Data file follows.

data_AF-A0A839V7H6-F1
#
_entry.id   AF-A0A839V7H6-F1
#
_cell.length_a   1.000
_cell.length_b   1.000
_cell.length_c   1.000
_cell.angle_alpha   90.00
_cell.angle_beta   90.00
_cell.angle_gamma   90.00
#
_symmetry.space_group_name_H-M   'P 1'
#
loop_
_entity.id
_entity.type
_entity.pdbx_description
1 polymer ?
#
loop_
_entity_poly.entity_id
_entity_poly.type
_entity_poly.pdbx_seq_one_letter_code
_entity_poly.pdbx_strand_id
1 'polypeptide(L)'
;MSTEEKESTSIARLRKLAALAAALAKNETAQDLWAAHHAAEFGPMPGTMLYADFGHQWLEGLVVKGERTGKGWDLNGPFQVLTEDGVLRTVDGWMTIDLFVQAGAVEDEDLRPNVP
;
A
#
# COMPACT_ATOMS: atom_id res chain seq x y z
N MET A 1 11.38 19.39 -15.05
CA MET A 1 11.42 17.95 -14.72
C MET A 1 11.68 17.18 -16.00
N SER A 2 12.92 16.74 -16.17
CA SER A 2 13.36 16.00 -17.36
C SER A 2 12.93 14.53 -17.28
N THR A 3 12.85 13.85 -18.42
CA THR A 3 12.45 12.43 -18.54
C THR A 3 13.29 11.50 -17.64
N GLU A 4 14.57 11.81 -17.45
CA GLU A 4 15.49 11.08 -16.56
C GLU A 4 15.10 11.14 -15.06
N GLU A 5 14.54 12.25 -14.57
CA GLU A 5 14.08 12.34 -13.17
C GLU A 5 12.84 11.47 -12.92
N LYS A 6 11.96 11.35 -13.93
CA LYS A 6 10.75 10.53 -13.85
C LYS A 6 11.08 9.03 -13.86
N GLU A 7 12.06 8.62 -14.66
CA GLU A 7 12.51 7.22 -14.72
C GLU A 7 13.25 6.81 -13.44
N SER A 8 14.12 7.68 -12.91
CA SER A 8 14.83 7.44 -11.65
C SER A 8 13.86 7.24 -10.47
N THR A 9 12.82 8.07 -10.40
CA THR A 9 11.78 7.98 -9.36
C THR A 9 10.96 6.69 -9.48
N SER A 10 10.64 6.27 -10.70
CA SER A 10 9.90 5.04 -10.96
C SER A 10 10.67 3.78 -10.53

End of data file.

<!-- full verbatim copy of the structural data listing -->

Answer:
data_AF-A0A839V7H6-F1
#
_entry.id   AF-A0A839V7H6-F1
#
_cell.length_a   1.000
_cell.length_b   1.000
_cell.length_c   1.000
_cell.angle_alpha   90.00
_cell.angle_beta   90.00
_cell.angle_gamma   90.00
#
_symmetry.space_group_name_H-M   'P 1'
#
loop_
_entity.id
_entity.type
_entity.pdbx_description
1 polymer ?
#
loop_
_entity_poly.entity_id
_entity_poly.type
_entity_poly.pdbx_seq_one_letter_code
_entity_poly.pdbx_strand_id
1 'polypeptide(L)'
;MSTEEKESTSIARLRKLAALAAALAKNETAQDLWAAHHAAEFGPMPGTMLYADFGHQWLEGLVVKGERTGKGWDLNGPFQVLTEDGVLRTVDGWMTIDLFVQAGAVEDEDLRPNVP
;
A
#
# COMPACT_ATOMS: atom_id res chain seq x y z
N MET A 1 11.38 19.39 -15.05
CA MET A 1 11.42 17.95 -14.72
C MET A 1 11.68 17.18 -16.00
N SER A 2 12.92 16.74 -16.17
CA SER A 2 13.36 16.00 -17.36
C SER A 2 12.93 14.53 -17.28
N THR A 3 12.85 13.85 -18.42
CA THR A 3 12.45 12.43 -18.54
C THR A 3 13.29 11.50 -17.64
N GLU A 4 14.57 11.81 -17.45
CA GLU A 4 15.49 11.08 -16.56
C GLU A 4 15.10 11.14 -15.06
N GLU A 5 14.54 12.25 -14.57
CA GLU A 5 14.08 12.34 -13.17
C GLU A 5 12.84 11.47 -12.92
N LYS A 6 11.96 11.35 -13.93
CA LYS A 6 10.75 10.53 -13.85
C LYS A 6 11.08 9.03 -13.86
N GLU A 7 12.06 8.62 -14.66
CA GLU A 7 12.51 7.22 -14.72
C GLU A 7 13.25 6.81 -13.44
N SER A 8 14.12 7.68 -12.91
CA SER A 8 14.83 7.44 -11.65
C SER A 8 13.86 7.24 -10.47
N THR A 9 12.82 8.07 -10.40
CA THR A 9 11.78 7.98 -9.36
C THR A 9 10.96 6.69 -9.48
N SER A 10 10.64 6.27 -10.70
CA SER A 10 9.90 5.04 -10.96
C SER A 10 10.67 3.78 -10.53